Internet Payments

Secure & Reliable

Your data is encrypted and secure with us.
VeraSafe Security Seal

Lethbridge Herald Newspaper Archives

- Page 20

Join us for 7 days to view your results

Enter your details to get started

or Login

What will you discover?

  • 108,666,265 Obituaries
  • 86,129,063 Archives
  • Birth & Marriages
  • Arrests & legal notices
  • And so much more
Issue Date:
Pages Available: 24

Search All United States newspapers

Research your ancestors and family tree, historical events, famous people and so much more!

Browse U.S. Newspaper Archives

Select the state you are looking for from the map or the list below

OCR Text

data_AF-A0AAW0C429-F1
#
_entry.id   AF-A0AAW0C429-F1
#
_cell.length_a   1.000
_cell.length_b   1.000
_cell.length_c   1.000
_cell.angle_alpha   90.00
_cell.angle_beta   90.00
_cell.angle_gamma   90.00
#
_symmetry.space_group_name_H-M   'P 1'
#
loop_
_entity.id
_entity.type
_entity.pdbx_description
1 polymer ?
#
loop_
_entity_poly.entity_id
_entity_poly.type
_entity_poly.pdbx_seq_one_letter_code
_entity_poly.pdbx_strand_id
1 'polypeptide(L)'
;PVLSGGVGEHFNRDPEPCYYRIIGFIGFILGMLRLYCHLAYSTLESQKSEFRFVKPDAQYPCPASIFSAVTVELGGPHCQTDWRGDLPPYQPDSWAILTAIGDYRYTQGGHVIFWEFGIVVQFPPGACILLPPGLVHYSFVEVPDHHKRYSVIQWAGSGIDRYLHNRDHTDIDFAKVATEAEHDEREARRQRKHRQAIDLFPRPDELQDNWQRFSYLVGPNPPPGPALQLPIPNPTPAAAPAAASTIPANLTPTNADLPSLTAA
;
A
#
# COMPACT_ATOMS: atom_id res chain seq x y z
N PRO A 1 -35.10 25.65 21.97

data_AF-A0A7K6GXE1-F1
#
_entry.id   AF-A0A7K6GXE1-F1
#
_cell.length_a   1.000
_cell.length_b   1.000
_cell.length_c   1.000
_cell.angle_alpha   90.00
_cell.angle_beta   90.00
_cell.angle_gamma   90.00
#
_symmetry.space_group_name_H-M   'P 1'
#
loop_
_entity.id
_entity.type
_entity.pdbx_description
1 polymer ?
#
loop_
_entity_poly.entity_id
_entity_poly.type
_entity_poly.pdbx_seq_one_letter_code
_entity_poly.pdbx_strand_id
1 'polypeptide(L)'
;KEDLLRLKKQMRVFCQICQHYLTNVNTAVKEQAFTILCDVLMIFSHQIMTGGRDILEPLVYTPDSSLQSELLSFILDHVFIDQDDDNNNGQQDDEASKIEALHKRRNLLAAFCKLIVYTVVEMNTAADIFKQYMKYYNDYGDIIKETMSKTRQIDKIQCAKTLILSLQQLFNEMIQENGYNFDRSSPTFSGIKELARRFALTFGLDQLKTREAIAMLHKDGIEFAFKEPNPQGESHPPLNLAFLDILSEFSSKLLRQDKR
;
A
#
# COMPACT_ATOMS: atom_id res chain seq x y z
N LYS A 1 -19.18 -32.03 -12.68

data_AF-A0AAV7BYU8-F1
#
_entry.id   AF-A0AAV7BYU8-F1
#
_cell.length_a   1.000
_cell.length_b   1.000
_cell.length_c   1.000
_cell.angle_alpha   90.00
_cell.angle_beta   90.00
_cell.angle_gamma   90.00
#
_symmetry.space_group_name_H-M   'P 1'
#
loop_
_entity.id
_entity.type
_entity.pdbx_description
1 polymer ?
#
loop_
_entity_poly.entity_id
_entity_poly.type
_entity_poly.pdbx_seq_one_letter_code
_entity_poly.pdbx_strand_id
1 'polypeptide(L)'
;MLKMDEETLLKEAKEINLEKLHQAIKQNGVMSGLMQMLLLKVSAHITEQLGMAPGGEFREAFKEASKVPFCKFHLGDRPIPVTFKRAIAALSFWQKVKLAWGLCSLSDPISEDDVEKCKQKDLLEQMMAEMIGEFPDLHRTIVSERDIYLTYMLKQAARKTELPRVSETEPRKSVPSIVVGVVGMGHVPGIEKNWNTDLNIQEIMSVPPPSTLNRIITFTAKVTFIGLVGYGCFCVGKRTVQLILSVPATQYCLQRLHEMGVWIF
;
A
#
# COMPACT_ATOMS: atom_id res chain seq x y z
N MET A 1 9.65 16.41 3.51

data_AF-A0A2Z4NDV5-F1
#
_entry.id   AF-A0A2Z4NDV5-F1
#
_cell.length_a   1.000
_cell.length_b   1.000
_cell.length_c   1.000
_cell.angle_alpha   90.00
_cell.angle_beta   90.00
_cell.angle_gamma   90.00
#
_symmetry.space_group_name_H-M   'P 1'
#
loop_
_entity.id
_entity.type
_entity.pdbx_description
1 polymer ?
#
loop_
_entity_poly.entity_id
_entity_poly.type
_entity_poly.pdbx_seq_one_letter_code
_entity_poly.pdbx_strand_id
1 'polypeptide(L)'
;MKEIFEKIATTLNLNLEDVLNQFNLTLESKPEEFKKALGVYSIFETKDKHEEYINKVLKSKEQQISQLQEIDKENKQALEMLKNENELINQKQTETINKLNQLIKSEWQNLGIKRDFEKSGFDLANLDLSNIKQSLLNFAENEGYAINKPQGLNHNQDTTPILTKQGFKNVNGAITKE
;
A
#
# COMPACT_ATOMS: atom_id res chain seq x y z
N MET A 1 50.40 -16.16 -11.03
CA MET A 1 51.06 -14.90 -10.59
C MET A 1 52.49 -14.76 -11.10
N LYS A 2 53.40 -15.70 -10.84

Lethbridge Daily Herald (Newspaper) - January 9, 1918, Lethbridge, Alberta ?AGE sr THE LRTHBRIDUF, DAILY HERALD WEDNESDAY, JANUARY 9, 1918 Retailers Promise Half-Holiday In Return For Saturday Nights Lethbrldge retailor:? stand prepared to grant a Wednesday half-holiday the year round provided anv-ngirmoiits can be made to have the stores of the province in city, town and village all close every other evenini; at six. o'clock with tint exeeptiou of Saturday when they nsk for tea o'clock closing in order Unit the tannins public may be given an opportunity u> do llieir business at the time which e\ideuUy suits them best, i.e.. Saturday evening. This was decided at a cene.ral meeting of the Board of Trade held on Tuesday night, whicn was largely attended by the retail merchants. It was decided that a delegation should be sent to Calgary on Thursday morning when Premier Stewart will be there and will be waited on by delegations of retailers trum Lrthbrhlge. Medicine H$t and Calgary. The memorandum passed by the local board by an unanimous vote follows: Memorandum by the Lcthbridge Board of Trade on Hours of Work For Retail Clerks Regarding the legislation on the bove subject enacted at the 1917 ses-Bion of the Alberta Legislature, the practical application of which was deterred at the request of the merchants affected till this year-the enforcement, of tills legislation is gravely detrimental to the general interests of the people of this city and district and this board of trade respectfully suggests that it be not enforced. The people of this province generally are awakening to the fact that business done by them with retail �tores outside of the province is not good for the best interests of our community, while retail merchants supported by wholesale houses are endeavoring to improvo their business methods so as to give an increasingly better and efficient service to their customers. Personal contact in trading is one of the features oC successful business and it is good for all of us that this should be preserved. Our farming customers appreciate this and one of the times that suits them beat for doing business in our cities, towns and villages is Saturday afternoons and evenings. That time is aUo convenient for workers in other industries to do their shopping. The question is how to arrange matters so as to least interfere with general cjnveiinuice. We submit that the !n-.-t �ay to arrive at this is by enacting an Karly Closing Ait to apply tfi all ,vu!i stoves or piares of business telling goods at retail in l)>o province, requiring that all retail stores shall close at it p.m. on .Monday, Tuesday, Thursday and Friday, and 1 p.m. on Wednesday and 10 p.m. on Saturday. Very few retail stores open before S a.m. The above proposal would make starting at S a.m. each day a working week of ;>$ hours. Provision should be made iu the act that Mores may remain open _j,tt0-10 p.m. on the day preceding any' recognized holiday and on three days before Shristmas. A specjal clauso would have to be provided to allow for service in drugstores. This memorandum was considered and approved at a general meeting of the Lethbrldge board of trade on Tuesday. January Sth. 191$. The board of trade will lay their proposal before the officers of the Federation of Labor iu session here in an effort to secure their co-operation. Tho A. F. of L. is pressing for an early closiug act for all stores and also for a Wednesday half Uioliday. which they ask to be placed on the statute books in the form of an Early Closing Act. If this were done it would regulate the hours of labor of retail clerks without the necessity of calling into use the Factory Act for application to tho retail stores. The date oE the annual meeting of the board was fixed for Friday, January ISth. A nomination committee was appointed last night to bring in recommendations for a board of officers, two names to be suggested for each office. The committee is composed of S. J. Shepherd, chairman, P. Lund, Mr. Parker, Geo. Kerr and J. W. Bawden. President Marnoch explained the financial standing of the board, showing that last year's plan had worked out very well and it was decided to adopt it again. A committee composed of Messrs. Downer, Hoyt, Shaw and Home was appointed to look after a campaign to raise the funds of the board in the same manner for the coming year. THE IONIC THAT T 10 CATCH EVERY "Fniit-a-tives" Builds Up The Whole System Those who take "Fruit-i-tives" for the first time, are oflsn astouishrd at the way iV buiiJs litem up and makes \ them feel better all over. They may ba  taking "Fruit-a-tives" for some speeilia � disease, as Constipation, Indigestion, | Chronio Headaches or Neuralgia, i Kidney or Bladder Trouble, Rheu- \ natismoR Pain iu the Back. And they , find when "Fruit-u-tivcs" has cured tho ' disease, that they fee! better aud i stronger in every way. This is due to j the xvoniierful tonic properties of thesa j famous tablets, made from fruit juices, i 50c.  box, 6 for f2.30, trial size, tjc, j At all dealers or sent postpaid by Fruit-Uvea Limited, Ottawa. British and American Representatives Arranging Reciprocal Conscription DEATH Of LADY necessary hospital accommodation by the state thereby eliminating all necessity for charity grants. We would further recommend that this convention draw to the attention of the provincial and civic authorities) the necessity of providing some measure of relief to the over-worked nursing staffs in our various city hospitals. Early Closing While Early" Closing Bylaws have been adopted by a number of cities and in the case of Calgary a Wednesday half holiday has become effective all the year round, we recommend that this convention give consideration to some measure that may be presented to the government with a view of bringing about a half-holiday each week, and the limiting of the number of hours per day that may apply-to employees in all stores throughout the province. The convention will adjourn sine die some time today. (Ci.NTisuEu i-Htm Front Paobi the skilled worker, also placing the recipient of vocational training at a disadvantage in competition for employment at the conclusion of the war when employers discard the war sentiment. The general ecoapmic effect of this system of vocational training will undoubtedly re-act to the advantage of the employer. We would suggest that the government appoint a competent commission to enquire Into the industrial activities of Canada with a Tiew of determining the best method of extending vocational training to the disabled soldier and the rehabilitating at the close of the war the soldiers returning to Canada. The convention concurred in the report after Delegate Ross of Calgary, who is head of the re-education hoard of the military hospitals commission at Calgary, had explained the shortcomings of the present system. Sergt. Jowitt of Medicine '-'at declared that In his opinion the question was the most important yet touched by the convention. He declared that he had een British returned soldiers in London making a living by selling paper.s and laces to the everlasting disgrace of the Mother Country and he hoped Canada would do better. The workers would have to continually urge on the government the need of every effort along this line if Canada were to do the right thing by the soldiers. Two other ctuestions affecting the soldiers and their dependents were disposed of thus by the convention. Returned Soldier and Trade Unionist "That this convention concur in the pronouncement made by the Ottawa convention of the Trades Congress on the future relationship of tho returned soldier and the trades unionist, believing that his economic interests are bound up in the future welfare of the working class of Canada. We believe that this convention through its executive 'and affiliated bodies should take every means to impress upon tho returned soldier the necessity of assisting the various working class organizations in establishing and maintaining such working conditions The Woman Behind the Gun. She must keep the home fires burning, the little ones fed and clothed. Don't starve or stint the children. The perfect food for children, the food that develops sturdy, stalwart bodies, is Shredded Wheat Biscuit The whole wheat grain and milk are the most perfect foods given to man. They are better for children than meat or eggs. Shredded Wheat Biscuit is 100 per cent, whole wheat, nothing added, nothing wasted or thrown away. It is delicious for any meal with milk and fruits and costs but a few cents. Made in Canada. as organized labor may from time to time Secure." Patriotic Fund �'This convention reaffirms its position on the present system of the raising and distribution of the Patriotic Fund taken at the Edmonton convention 1917 where' we called upon the Do-i minion government to provide such i measures as will guarantee adequate | support for soldiers' dependents. We I therefore recommend that this convention petition the Dominion government to abolish this fund and that provision be made to add a sufficient amount to the separation allowance as will cover the deficiency thus caused, and that the Dominion government upon assuming responsibility for the aforesaid payments take over any unexpended balance of this fund." The convention concurred in both reports. j An act, which will likely be sub-; ipitted at the coming session of the 'legislature and which is fathered by the Children's Welfare League of Ed-jmonton, was discussed, copies of the i act respecting allowances to mothers, as it is known, being in the hands of the delegates. This act provides that needy mothers may be allowed government grant by the provincial government if it Is shown by a board | chosen for the purpose of administering the act, that there is real need. The object is to enable mothers to maintain their homes, and rear and educate their children in the proper home environment. The report of Delegate Roas who attended the Dominion Trades Congress j this year was received and accented, j Amendments to the Electrical Act I asked for by the electricians of the {.province were concurred in and will be urged by the federation. A letter was read from A. G. Browning, deputy attorney general, was read asking tor the co-operation -of employees to see that the act is strictly enforced. A wire will be sent him and also Premier Stewart setting forth the action of the convention in this regard. 'Following are some other recommendations of the officers concurred in by the convention: One Day's Rest in Seven Such legislation as will provide that the wage workers shall receive one day's rest in seven. This matter has been endorsed by the Trades and Labor Congress. Hours of Labor of Drug Clerks Realizing the long hours worked by employees in drug stores and the necessity for some protective legislation for them, we recommend that this contention deal with the matter with a ! view of securing for these wage work-| ers some measure of relief. Bureau of Labor Believing that the various legislative matters affecting the wage workers of the province can be more adequately dealt with by a department responsible for this kind of legislation, we recommend that this convention give consideration to the question of securing an act which will create a Bureau of Labor under which will be placed the various measures affecting the wage workers of the province. Public Schools The attention of the provincial government should be drawn to the necessity of making further provision for the education and the health of the young by arranging for medical, j dental and optical treatment and the 1 supplying of all necessary school supplies free to all .school children. | The slate should recognize this responsibility in the care and education of the child as an asset to the state. Public Hospitals The question of pubdc hospitals Is important and the government should be approached with a view of making further provision for the care of the sick, such action should be taken as would result in the maintenance of the ho have mode  lifetime study of the subject. "Sml Bmnd" if � rick, ftilMxxW. it-liciouj b�Ceng�-whoUfom*, invigor-ting, fragrant. Itt 1 and 2 pound tiro-in die b��n, ground or fine ground for percolators. . 'PERFECT-COFFEE. PER. FECTLYMXDE" hour new too*. let, toe are mailing free to coffee keen. Write for a copy. 196 CHASE & SANBORN, MONTREAL Special for Tomorrow Milk SCONES Regular Price 25c Thursday 2 dozen for 25c KIRKBY&CO. ale of l CANCEL TRAINS Montreal, Jan.. 7:-Carrying out the policy of running as few trains as possible the Canadian and United States railways have agreed to cancel all Sunday trains between Montreal and New York, Boston and Foreland. LAKELADY HELD (From Our Own Correspondent) , Grassy Lake, Jan. 7.-Rev. U. H. Barrett attended Presbytery meeting in Knox church; Lethbrldge, Friday, January 4. ! Mr. and Mrs. W. TurnbuII have returned from their honeymoon. | Mr. and Mrs. Sid Logan were pleas- ' antiy surprised at their home by about fifty of their friends and neighbors on New Year's night. The evening was spent with music and cards. | School reopened today after the . Christmas holiday.-;. ) The funeril of .dns. Margaret Mc-: Kinnon whose death accurred in Leth-bridgo Thursday was held here Saturday afternoon and was largely attended. Hev. G. if. Harrett officiated. Mrs. H. J. McXabb was in Leth-, bridge Friday and Saturday. j The recent warm spell has melted all the snow and water is standing in sheets on the roads making travel very difficult. Tiie mild weather is very acceptable, however, particularly , to the stockman. | L. C. McKinnon who was called here i by the death of his mother, Mrs. Margaret .McKinnon, leit for his home in Foremost Sunday morning. I John Patterson left Thursday after- j noon for Piepat, Sank., to visit his j daughter, Mr3. W. K. Lynn. We read with interest in the Taber ' News that Lieut. Thomas Sneddon of the 3rd CM.ft., is home on furlough, j Lieut. Sneddon who was formerly from j Grassy Lake enlisted from here soon ] after the war broke out. He has ex- i perienced narrow escapes, was wounded several times and won honors on the field. omen s Duoes For the Next Ten Days ALLEGED ALIEN ENEMY IS MAYOR MICHIGAN Michigan City, Inil., Jan. 7.-Prod C. Mitchell, alleged enemy alien, assumed office as mayor of this city without opposition at noon today. At that hour no word had been received as to the progress of injunction proceedings begun at Valparaiso, lnd., by persons who objected to the installation of a "German" mayor. There -waB no disorder. . . u > M. M. McBride, labor candidate was elected mayor of Branttord, 1 Shoes at Lest Than Present Wholesale Prices $2.95 Pair Over a Hundred Pairs to Move Out At This Price Consisting of all Gun Metal Button and lace, Gun Metal Button with cloth tops. All Kid Button and Patent Button and Lace Styles. All Sizes in Most Lines These are all taken from our regular $5.00 lines. While they last: $2.95 HUFNER, The Shoe Man 506 3rd Avenue South 28 86200?66 ;